0xa are exempted from the dependency check.
This is necessary so one can define an
immutable package based on the standard
libraries, which have the
compatible policy to allow critical upgrades and fixes.
compatible upgrade policy, a module package can be upgraded. However, updates to existing modules already
published previously need to be compatible and follow the rules below:
- All existing structs' fields cannot be updated. This means no new fields can be added and existing fields cannot be modified. Struct abilities also cannot be changed (no new ones added or existing removed).
- All public and entry functions cannot change their signature (argument types, type argument, return types). However, argument names can change.
public(friend)functions are treated as private and thus their signature can arbitrarily change. This is safe as only modules in the same package can call friend functions anyway and they need to be updated if the signature changes.
When updating your modules, if you see an incompatible error, make sure to check the above rules and fix any violations.
Security considerations for dependencies
As mentioned above, even compatible upgrades can have disastrous effects for applications that depend on the upgraded code. These effects can come from bugs, but they can also be the result of malicious upgrades. For example, an upgraded dependency can suddenly make all functions abort, breaking the operation of your Move code. Alternatively, an upgraded dependency can make all functions suddenly cost much more gas to execute then before the upgrade. As result, dependencies to upgradeable packages need to be handled with care:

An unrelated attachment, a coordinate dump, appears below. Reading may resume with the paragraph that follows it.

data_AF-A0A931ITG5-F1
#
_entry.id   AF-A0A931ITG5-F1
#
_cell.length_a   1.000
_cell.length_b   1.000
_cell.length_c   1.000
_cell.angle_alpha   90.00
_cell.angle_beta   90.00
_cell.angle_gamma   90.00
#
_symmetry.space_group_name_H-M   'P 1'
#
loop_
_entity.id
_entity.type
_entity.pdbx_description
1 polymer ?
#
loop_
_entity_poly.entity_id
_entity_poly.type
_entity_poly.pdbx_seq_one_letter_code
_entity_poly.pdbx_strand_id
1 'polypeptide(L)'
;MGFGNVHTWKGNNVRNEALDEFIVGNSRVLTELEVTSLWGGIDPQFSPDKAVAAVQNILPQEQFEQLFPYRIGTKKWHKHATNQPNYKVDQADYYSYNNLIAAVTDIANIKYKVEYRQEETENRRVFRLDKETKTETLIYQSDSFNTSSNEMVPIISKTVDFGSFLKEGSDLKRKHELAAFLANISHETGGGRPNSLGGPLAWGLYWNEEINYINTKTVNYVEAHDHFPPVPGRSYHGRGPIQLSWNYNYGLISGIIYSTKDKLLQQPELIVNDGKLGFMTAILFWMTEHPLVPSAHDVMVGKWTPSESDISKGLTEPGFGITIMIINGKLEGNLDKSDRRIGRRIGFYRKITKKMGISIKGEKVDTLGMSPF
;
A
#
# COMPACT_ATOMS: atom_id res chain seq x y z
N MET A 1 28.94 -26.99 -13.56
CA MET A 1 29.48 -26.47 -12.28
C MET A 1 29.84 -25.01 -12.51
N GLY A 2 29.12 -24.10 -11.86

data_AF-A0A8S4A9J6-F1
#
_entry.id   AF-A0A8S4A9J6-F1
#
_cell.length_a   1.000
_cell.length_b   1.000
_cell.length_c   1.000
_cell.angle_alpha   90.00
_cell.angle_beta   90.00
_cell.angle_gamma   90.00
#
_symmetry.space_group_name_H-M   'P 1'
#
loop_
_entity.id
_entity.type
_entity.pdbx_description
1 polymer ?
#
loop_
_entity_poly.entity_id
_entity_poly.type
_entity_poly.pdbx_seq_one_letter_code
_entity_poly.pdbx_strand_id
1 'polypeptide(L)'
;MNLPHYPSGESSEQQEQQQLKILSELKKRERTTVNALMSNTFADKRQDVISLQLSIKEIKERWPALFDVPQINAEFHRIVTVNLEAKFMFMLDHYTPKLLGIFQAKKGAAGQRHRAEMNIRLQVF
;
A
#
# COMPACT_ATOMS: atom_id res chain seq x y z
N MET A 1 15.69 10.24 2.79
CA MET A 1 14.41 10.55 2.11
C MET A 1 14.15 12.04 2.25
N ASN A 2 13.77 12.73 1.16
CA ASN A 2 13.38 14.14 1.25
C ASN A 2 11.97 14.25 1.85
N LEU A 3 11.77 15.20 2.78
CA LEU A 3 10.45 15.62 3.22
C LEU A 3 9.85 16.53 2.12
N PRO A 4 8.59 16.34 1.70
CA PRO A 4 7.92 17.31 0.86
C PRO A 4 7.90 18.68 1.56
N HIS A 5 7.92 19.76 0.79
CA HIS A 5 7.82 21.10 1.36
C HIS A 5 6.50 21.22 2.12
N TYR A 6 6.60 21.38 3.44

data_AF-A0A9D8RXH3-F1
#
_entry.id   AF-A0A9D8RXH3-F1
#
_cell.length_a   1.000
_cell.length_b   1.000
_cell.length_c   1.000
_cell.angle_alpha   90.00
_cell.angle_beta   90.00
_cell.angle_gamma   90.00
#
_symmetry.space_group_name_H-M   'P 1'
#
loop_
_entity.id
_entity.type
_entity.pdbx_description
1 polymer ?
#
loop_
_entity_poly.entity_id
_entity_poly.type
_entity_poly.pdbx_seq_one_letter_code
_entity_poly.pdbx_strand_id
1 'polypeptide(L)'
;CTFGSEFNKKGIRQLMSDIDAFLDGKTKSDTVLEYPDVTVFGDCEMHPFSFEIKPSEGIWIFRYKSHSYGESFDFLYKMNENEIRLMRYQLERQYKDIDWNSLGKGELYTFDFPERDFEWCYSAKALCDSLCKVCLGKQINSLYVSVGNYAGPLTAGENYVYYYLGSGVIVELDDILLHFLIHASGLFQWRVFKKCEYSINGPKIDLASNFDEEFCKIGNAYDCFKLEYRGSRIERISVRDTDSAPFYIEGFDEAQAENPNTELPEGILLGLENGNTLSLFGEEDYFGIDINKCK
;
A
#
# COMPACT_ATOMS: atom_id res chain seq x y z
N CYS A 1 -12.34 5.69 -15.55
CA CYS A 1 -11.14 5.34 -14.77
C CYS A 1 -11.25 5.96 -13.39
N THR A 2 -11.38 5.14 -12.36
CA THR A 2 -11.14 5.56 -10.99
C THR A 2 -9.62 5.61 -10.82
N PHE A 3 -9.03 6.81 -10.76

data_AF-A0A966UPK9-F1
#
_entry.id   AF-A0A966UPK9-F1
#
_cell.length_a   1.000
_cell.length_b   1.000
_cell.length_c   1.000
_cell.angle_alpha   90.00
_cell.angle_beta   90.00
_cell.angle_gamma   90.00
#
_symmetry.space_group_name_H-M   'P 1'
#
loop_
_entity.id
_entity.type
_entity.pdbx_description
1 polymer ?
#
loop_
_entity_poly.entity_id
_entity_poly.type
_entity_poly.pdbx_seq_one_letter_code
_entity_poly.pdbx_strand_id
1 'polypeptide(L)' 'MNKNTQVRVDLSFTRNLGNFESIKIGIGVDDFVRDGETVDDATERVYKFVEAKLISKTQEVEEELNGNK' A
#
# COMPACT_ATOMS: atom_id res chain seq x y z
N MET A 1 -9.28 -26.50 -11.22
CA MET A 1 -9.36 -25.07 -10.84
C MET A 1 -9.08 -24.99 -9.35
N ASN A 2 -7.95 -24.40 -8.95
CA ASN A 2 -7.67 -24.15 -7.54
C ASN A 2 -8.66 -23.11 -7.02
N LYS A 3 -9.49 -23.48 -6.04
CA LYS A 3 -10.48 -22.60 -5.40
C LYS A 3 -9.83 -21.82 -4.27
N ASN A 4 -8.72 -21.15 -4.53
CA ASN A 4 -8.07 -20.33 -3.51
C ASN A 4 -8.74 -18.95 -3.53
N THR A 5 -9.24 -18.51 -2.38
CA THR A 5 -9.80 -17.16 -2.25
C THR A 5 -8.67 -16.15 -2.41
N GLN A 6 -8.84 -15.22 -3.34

- The safest dependency is, of course, an
immutablepackage. This guarantees that the dependency will never change, including its transitive dependencies. In order to update an immutable package, the owner would have to introduce a new major version, which is practically like deploying a new, separate and independent package. This is because major versioning can be expressed only by name (e.g.
module feature_v2). However, not all package owners like to publish their code as
immutable, because this takes away the ability to fix bugs and update the code in place.
- If you have a dependency to a
compatiblepackage, it is highly recommended you know and understand the entity publishing the package. The highest level of assurance is when the package is governed by a Decentralized Autonomous Organization (DAO) where no single user can initiate an upgrade; a vote or similar has to be taken. This is the case for the Aptos framework.
In general, Aptos offers, via the Move module
ways to publish code from anywhere in your smart contracts. However,
notice that code published in the current transaction can be executed
only after that transaction ends.
The Aptos framework itself, including all the on-chain administration logic, is
an example for programmatic upgrade. The framework is marked as
Upgrades happen via specific generated governance scripts. For more details,
see Aptos Governance.